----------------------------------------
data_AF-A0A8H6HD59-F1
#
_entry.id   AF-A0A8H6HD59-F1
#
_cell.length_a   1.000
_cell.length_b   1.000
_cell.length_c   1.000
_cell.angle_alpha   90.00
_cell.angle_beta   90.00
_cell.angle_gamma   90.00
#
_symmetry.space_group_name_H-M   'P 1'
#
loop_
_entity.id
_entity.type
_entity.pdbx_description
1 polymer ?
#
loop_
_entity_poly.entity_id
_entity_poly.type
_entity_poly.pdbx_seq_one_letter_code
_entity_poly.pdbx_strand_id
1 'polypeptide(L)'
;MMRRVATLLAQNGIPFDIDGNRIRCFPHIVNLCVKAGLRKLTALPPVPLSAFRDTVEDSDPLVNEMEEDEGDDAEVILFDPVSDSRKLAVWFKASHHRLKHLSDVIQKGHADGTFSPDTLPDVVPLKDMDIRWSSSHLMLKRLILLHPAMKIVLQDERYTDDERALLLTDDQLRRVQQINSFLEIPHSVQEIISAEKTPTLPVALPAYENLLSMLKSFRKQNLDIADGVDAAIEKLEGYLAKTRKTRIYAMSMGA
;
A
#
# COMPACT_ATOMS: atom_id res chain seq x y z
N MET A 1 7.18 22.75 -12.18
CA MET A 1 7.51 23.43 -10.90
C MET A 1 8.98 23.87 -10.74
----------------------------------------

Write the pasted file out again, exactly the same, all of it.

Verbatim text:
data_AF-A0A8H6HD59-F1
#
_entry.id   AF-A0A8H6HD59-F1
#
_cell.length_a   1.000
_cell.length_b   1.000
_cell.length_c   1.000
_cell.angle_alpha   90.00
_cell.angle_beta   90.00
_cell.angle_gamma   90.00
#
_symmetry.space_group_name_H-M   'P 1'
#
loop_
_entity.id
_entity.type
_entity.pdbx_description
1 polymer ?
#
loop_
_entity_poly.entity_id
_entity_poly.type
_entity_poly.pdbx_seq_one_letter_code
_entity_poly.pdbx_strand_id
1 'polypeptide(L)'
;MMRRVATLLAQNGIPFDIDGNRIRCFPHIVNLCVKAGLRKLTALPPVPLSAFRDTVEDSDPLVNEMEEDEGDDAEVILFDPVSDSRKLAVWFKASHHRLKHLSDVIQKGHADGTFSPDTLPDVVPLKDMDIRWSSSHLMLKRLILLHPAMKIVLQDERYTDDERALLLTDDQLRRVQQINSFLEIPHSVQEIISAEKTPTLPVALPAYENLLSMLKSFRKQNLDIADGVDAAIEKLEGYLAKTRKTRIYAMSMGA
;
A
#
# COMPACT_ATOMS: atom_id res chain seq x y z
N MET A 1 7.18 22.75 -12.18
CA MET A 1 7.51 23.43 -10.90
C MET A 1 8.98 23.87 -10.74